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Formula Bust: Karun Chandhok Rues Lack Of Govt Support For Motorsport

Racer turned commentator feels homegrown driver crucial to sustain interest

Karun Chandhok competed in Formula 1 between 2009-2010.
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Indian Formula 1, once roaring with promise, has now sputtered out of fuel. And racer turned driver Karun Chandhok misses the relatively good old days. 

"Honestly it's been a bit of a disappointment, a bit of a shame about how much the interest has gone down actually,” Chandhok said in an interview to PTI at the Formula E season finale in London. "That period around 2008 to 2013 we had two Indians in F1 (Narain Karthikeyan and Chandhok), we had a team in F1 (Force India), we had a race (Indian GP) and the interest was amazing. You can't imagine that these days." 

The current crop of drivers, such as Jehan Daruvala, Arjun and Kush Maini, have raced in F2 and F3 but were a long way off from F1, Chandhok said. 

Chandhok pointed to several factors for the decline of motorsport in India, including lack of government support.

"If you look at any of the recent countries that have backed motorsport, whether it's Bahrain, Saudi Arabia even, and I'm choosing the Middle Eastern Asia, where the sport is growing. Singapore is another one which recognizes and understands what motor racing can bring to the country,” Chandhok said.

"The amount of tourists who now go to watch motor racing in these places is putting money back in the economy, and unfortunately, in Delhi, when we had the Grand Prix, we never really had the backing of the government. 

"It's quite tough for the central government to do the projects, maybe they can work with state governments. The state governments as well as the central government need to get behind it."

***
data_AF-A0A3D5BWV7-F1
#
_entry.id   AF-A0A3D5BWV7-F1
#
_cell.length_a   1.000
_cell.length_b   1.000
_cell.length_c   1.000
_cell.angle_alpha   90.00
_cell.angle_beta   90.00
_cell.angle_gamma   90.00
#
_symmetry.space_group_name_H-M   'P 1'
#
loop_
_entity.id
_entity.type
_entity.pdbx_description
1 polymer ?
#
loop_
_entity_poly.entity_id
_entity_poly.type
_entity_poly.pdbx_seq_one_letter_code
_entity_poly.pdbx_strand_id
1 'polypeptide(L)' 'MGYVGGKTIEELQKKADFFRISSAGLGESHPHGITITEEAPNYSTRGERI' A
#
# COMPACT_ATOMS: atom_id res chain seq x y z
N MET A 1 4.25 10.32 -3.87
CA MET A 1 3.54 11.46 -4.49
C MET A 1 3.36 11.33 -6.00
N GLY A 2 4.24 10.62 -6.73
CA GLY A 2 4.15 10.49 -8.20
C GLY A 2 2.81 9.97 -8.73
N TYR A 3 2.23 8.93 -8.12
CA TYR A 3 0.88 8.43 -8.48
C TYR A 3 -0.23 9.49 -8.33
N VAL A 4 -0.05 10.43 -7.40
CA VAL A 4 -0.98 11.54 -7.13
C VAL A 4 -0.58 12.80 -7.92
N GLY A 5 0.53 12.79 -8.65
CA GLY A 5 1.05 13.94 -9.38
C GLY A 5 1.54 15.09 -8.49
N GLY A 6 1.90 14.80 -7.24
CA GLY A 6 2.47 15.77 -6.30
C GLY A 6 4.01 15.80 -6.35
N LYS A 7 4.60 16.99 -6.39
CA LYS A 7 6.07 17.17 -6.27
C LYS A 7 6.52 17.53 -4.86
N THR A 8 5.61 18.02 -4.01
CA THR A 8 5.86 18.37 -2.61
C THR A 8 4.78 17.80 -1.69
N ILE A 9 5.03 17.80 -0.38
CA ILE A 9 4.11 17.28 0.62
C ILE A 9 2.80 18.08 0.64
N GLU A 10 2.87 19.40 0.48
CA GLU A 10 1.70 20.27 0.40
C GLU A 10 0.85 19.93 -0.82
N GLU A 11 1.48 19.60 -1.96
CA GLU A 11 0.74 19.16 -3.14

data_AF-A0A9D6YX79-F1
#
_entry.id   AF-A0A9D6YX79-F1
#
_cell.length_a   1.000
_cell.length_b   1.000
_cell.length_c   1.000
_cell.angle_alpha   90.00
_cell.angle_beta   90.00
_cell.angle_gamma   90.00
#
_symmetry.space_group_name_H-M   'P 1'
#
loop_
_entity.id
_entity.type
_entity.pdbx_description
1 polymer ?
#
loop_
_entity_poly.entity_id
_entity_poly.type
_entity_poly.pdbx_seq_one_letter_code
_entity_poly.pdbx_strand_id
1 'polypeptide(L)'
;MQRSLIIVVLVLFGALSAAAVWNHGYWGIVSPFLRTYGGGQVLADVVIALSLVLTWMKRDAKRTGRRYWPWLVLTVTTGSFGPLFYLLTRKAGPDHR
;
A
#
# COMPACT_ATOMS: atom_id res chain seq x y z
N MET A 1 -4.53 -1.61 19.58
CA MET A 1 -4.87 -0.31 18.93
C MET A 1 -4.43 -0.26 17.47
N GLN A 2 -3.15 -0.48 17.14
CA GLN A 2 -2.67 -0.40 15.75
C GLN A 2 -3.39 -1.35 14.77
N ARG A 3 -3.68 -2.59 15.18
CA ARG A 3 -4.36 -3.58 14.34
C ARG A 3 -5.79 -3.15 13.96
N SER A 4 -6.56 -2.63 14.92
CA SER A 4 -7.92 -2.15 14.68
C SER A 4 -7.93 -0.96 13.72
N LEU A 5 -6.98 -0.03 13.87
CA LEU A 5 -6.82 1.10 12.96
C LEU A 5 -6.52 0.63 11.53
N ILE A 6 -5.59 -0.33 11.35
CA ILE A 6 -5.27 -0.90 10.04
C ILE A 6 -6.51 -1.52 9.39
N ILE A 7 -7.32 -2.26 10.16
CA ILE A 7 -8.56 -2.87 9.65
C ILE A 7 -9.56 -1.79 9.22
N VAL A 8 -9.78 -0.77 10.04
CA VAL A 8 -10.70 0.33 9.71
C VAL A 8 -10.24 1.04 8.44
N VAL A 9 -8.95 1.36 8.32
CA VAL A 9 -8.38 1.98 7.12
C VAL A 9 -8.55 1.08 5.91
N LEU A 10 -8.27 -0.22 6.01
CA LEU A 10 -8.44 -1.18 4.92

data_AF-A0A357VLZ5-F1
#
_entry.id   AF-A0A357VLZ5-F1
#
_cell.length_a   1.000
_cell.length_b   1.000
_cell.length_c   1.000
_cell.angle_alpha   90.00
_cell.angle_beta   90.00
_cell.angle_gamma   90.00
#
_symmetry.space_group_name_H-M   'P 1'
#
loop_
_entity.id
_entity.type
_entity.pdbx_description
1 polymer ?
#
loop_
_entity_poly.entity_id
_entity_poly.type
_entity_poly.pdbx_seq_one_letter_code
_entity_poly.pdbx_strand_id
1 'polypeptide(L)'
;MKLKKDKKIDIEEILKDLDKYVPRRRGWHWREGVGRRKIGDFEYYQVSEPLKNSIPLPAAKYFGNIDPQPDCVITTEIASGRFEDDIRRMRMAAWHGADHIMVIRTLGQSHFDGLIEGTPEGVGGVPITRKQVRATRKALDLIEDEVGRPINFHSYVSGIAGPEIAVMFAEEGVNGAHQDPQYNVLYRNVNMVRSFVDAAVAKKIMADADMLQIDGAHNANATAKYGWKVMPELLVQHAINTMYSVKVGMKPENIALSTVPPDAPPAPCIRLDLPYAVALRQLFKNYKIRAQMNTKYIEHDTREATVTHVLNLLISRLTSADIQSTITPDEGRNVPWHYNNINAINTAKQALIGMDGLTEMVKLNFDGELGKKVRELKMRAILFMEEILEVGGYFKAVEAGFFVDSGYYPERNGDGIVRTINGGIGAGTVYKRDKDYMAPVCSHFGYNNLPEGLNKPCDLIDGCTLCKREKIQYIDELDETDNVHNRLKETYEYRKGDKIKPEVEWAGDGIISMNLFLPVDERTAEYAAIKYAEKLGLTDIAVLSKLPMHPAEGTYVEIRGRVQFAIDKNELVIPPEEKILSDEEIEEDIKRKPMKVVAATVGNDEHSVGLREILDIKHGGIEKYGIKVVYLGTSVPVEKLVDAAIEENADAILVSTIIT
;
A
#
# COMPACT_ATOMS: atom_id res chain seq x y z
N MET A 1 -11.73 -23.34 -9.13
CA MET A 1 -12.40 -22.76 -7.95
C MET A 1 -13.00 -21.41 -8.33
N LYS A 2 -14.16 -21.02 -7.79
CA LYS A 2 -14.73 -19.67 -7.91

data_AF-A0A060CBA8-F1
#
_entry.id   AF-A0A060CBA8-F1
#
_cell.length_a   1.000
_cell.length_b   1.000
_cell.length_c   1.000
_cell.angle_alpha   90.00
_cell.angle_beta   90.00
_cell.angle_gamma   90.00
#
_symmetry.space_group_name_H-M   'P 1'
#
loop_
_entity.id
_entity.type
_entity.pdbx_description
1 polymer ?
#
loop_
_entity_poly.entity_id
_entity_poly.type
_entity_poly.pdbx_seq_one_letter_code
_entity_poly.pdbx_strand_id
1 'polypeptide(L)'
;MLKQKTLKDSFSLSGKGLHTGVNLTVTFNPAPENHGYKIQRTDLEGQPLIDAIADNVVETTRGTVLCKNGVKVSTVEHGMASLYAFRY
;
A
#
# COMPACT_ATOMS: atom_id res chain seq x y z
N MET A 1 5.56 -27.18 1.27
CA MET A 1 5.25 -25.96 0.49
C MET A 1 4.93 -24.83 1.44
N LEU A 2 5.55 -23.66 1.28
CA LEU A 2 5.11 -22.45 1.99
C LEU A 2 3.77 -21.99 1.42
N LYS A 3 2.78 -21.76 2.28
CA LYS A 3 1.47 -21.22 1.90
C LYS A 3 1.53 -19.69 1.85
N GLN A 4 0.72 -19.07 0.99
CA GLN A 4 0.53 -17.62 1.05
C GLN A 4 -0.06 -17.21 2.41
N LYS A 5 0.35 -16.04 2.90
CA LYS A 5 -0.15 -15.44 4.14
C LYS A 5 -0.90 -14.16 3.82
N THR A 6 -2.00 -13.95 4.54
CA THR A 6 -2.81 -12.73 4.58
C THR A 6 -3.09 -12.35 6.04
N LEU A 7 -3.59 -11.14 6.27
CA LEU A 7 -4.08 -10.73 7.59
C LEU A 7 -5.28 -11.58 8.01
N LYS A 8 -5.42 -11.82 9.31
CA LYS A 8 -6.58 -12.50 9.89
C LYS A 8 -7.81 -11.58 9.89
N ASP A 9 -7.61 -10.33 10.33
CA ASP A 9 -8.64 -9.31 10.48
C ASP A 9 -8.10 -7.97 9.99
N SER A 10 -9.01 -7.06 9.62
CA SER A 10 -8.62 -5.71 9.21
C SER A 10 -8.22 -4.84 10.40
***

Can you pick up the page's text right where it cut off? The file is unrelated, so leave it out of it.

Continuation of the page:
The perilous financial condition of under-debt race promoter Jaypee Group, and tax levies on the race by the Uttar Pradesh government, led to a premature end of the Indian GP after just three races (2011-13). 

Speaking about the current generation of Indian drivers, Chandhok said, "Jehan's future is in Formula E. I can see him racing here with Mahindra next year, probably. Kush has done a very good job in his rookie season in F2 this year. He’s done some very strong races and was on the podium in Australia, but it's tough at the moment for both of them to make that last step into F1.”

Giving the example of cricket and the IPL, Chandhok said homegrown talent was crucial to generate interest in a sport. 

“IPL has really exploded. So because of that, other sports are struggling a little bit but ultimately not having an Indian presence in F1 has had a negative impact on the sport as a whole," Chandhok said.

On a positive note, he praised the debut Formula E event in India earlier this year. "The Hyderabad event was terrific, there were no real traffic issues, no issues in terms of the track safety. We had a bit of dust which is not a major problem I think. On the whole it was a good event,” Chandhok said.
 

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